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The Age of Giotto (10 credit points)

Course Times & Enrolment

Wednesdays from 17th April 2024 (Code AA262-301) Wednesdays from
17th April 2024 11:10am - 1:00pm • (10 classes)
G38 Paterson's Land, Holyrood Campus • Tutor: Lesley Fraser MA (Hons) MSc MPhil
This course is now closed for enrolments

Course Summary

This course will examine the artistic and cultural developments of late medieval Italy, focusing on the work of Giotto and contemporaries such as Duccio and Simone Martini. Classes will focus on close analysis of art from this period which saw significant changes in technique, style and subject matter. Throughout the course, students will consider changes such as the depiction of contemporary settings rather than traditional, schematic backgrounds, and the transition from rigid depictions of people to characters infused with emotion and interaction. These developments in art will be placed in the religious, political and cultural context of the time, looking in particular at the catalysts for change such as the Mendicant Orders' artistic and architectural patronage.

Course Details

Pre-requisites for enrolment


Content of Course

This course will cover the following areas:
- Nicola and Giovanni Pisano: ancient and modern
- Cimabue: 'the renewal of painting'
- Giotto: 'a great light eclipses a smaller one'
- Giotto: 'sovereign master of painting'
- The Mendicant Orders: facilitators of innovation
- Duccio: innovation inspired by Greek and Byzantine tradition
- Simone Martini: urban realism
- The Lorenzetti brothers, Pietro and Ambrogio: anecdote and everyday life
- Taddeo Gaddi, Giotto's most gifted pupil
- Material Culture

Teaching method(s)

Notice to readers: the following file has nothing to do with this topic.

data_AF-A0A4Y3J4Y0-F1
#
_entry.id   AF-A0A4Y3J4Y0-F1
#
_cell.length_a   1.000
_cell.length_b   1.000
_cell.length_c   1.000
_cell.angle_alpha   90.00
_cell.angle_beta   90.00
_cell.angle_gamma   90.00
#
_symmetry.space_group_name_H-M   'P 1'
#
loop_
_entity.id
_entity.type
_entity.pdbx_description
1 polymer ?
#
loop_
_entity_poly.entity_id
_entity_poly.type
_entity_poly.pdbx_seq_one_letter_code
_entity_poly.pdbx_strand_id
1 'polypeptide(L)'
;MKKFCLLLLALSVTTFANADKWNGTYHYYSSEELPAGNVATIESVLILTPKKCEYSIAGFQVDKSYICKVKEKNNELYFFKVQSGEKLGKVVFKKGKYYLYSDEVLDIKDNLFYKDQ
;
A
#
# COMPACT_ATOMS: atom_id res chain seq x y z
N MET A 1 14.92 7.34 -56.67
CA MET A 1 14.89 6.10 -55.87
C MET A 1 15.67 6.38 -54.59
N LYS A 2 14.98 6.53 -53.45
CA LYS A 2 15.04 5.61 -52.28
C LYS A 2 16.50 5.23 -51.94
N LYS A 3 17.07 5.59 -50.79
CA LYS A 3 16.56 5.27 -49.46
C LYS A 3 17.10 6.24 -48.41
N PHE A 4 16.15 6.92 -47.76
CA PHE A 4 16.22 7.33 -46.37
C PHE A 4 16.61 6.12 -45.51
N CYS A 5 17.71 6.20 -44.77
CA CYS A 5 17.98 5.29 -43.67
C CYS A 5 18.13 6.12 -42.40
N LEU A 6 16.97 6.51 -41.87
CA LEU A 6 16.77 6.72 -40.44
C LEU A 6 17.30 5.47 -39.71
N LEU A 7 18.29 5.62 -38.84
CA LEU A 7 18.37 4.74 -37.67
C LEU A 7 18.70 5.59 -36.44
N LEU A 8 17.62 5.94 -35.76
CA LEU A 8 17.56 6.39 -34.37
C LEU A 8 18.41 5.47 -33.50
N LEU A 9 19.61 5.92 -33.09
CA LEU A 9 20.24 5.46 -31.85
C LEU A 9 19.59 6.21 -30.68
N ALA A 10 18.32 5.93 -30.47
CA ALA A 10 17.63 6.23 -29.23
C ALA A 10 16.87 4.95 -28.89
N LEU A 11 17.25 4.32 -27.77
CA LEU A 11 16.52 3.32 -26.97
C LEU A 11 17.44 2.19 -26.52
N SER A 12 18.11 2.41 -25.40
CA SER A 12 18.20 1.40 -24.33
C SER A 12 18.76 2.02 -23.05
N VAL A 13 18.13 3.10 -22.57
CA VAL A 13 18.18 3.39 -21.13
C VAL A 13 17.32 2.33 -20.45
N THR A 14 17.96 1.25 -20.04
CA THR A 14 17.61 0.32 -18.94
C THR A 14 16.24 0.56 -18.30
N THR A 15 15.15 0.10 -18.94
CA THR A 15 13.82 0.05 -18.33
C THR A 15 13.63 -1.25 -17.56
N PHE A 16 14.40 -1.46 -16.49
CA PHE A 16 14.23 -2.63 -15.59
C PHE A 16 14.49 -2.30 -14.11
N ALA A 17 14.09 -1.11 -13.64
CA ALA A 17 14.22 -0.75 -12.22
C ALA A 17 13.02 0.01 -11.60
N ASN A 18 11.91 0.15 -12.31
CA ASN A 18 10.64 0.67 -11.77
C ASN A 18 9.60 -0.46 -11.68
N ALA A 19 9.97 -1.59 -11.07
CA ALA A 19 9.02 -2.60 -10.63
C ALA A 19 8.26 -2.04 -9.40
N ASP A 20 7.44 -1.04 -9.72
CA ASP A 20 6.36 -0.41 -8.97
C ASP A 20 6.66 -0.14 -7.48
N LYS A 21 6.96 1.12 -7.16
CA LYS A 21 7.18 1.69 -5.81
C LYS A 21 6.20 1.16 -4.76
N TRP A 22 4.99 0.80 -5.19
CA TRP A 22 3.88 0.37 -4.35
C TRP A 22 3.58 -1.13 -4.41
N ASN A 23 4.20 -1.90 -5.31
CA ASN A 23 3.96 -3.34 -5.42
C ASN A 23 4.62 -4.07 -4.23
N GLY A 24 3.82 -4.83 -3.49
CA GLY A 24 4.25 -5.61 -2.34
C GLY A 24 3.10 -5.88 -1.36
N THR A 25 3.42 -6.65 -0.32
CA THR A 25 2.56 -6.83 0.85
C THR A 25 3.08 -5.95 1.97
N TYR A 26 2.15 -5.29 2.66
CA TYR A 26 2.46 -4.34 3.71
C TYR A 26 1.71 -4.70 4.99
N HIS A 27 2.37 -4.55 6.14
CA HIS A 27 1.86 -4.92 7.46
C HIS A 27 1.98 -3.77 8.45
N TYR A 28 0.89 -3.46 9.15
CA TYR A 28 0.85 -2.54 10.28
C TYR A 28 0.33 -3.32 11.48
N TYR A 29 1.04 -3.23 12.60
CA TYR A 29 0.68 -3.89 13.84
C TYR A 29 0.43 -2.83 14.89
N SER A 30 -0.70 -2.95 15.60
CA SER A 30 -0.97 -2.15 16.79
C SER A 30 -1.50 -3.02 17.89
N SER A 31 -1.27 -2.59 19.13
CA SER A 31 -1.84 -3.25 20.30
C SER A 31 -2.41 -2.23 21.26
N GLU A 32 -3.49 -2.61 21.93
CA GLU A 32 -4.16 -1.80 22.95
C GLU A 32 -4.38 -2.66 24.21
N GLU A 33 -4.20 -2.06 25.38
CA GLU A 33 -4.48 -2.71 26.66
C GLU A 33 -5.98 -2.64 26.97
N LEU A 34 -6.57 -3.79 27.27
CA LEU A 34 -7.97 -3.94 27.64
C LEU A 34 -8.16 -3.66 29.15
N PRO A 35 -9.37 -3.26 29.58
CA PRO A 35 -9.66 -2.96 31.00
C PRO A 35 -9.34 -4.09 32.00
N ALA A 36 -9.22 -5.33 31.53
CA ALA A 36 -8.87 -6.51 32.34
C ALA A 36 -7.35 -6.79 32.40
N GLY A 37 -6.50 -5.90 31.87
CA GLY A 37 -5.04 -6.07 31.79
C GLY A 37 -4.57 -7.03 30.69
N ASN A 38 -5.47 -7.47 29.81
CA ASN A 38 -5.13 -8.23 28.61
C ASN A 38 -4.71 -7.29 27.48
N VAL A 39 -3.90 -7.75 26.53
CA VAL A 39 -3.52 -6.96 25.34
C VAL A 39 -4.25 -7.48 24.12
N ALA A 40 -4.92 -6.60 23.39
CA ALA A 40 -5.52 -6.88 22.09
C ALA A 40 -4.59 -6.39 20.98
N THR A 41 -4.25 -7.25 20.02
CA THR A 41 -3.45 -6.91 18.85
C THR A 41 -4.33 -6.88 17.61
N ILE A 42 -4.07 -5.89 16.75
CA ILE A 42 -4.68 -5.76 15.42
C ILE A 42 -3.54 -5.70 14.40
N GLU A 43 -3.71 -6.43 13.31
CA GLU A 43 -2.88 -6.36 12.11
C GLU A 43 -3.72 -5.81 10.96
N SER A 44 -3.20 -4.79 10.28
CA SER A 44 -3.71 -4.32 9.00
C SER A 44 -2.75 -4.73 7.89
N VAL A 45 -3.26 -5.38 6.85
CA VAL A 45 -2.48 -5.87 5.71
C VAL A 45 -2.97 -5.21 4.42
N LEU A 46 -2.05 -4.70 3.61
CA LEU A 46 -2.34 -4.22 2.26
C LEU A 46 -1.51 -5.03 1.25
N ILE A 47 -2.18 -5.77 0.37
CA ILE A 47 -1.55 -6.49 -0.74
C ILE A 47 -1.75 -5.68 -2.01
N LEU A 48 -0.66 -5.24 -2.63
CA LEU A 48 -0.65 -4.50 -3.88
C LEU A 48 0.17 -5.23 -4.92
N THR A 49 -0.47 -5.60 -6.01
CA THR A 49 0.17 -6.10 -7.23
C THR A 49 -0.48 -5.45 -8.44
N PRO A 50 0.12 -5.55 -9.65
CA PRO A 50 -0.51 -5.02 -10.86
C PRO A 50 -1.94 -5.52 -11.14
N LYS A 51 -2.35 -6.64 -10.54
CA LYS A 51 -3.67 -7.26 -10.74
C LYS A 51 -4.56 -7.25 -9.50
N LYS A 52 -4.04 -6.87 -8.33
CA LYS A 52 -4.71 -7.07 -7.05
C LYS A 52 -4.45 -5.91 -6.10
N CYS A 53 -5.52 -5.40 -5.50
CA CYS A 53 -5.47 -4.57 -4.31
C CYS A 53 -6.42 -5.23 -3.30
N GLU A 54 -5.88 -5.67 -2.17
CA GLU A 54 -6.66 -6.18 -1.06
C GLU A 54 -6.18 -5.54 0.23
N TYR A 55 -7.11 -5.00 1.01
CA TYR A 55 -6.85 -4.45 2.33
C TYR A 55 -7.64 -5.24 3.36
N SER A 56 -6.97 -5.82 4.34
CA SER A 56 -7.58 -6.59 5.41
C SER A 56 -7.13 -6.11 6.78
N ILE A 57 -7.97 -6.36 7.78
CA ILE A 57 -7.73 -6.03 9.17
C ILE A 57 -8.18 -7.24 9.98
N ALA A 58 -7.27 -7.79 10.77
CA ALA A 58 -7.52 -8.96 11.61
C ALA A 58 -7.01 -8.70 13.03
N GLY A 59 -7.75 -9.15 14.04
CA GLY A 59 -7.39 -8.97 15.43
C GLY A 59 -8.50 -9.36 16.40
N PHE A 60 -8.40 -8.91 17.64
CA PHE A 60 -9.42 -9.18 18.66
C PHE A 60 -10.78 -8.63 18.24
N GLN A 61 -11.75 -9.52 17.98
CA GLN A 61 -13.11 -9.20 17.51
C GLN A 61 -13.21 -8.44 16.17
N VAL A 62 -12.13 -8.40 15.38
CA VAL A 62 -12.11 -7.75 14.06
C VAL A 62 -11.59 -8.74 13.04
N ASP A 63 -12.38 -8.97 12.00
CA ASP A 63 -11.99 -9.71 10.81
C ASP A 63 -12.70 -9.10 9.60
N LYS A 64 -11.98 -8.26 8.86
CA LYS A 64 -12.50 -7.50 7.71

The course will be taught by informal lecture and discussion. Students will be guided in close analysis of paintings and other works of art, and will be introduced to key concepts in the study of Art History at this level. Students taking the course for credit will receive guidance on how to present their art history essay, and will be able to discuss their assessment with the course tutor, through a formative assessment essay plan which leads directly to the final essay.

Learning outcomes

On completion of this course, the student will be able to:

  1. demonstrate an understanding of the key developments in late medieval Italian art
  2. analyse the cultural and political context of the work of Giotto and his contemporaries
  3. assess critically key works of art from Italy in the late medieval period


Core Readings

  • A. Derbes and M. Sandona eds., 2004. The Cambridge Companion to Giotto. Cambridge: Cambridge University Press.
  • Diana Norman ed., 1995. Siena, Florence and Padua: Arts, Society and Religion 1200-1400, 2 vols. New Haven: Yale University Press.
  • John White, 1994. Art and Architecture in Italy, 1250-1400. New Haven: Yale University Press.


10 credit courses have one assessment. Normally, the assessment is a 2000 word essay, worth 100% of the total mark, submitted by week 12. To pass, students must achieve a minimum of 40%. There are a small number of exceptions to this model which are identified in the Studying for Credit Guide.

Studying for Credit

If you choose to study for credit you will need to allocate significant time outwith classes for coursework and assessment preparation. Credit points gained from this course can count towards the Certificate of Higher Education.


If you have questions regarding the course or enrolment, please contact COL Reception at Paterson's Land by email or by phone 0131 650 4400.

Student support

If you have a disability, learning difficulty or health condition which may affect your studies, please let us know by ticking the 'specific support needs' box on your course application form. This will allow us to make appropriate adjustments in advance and in accordance with your rights under the Equality Act 2010. For more information please visit the Student Support section of our website.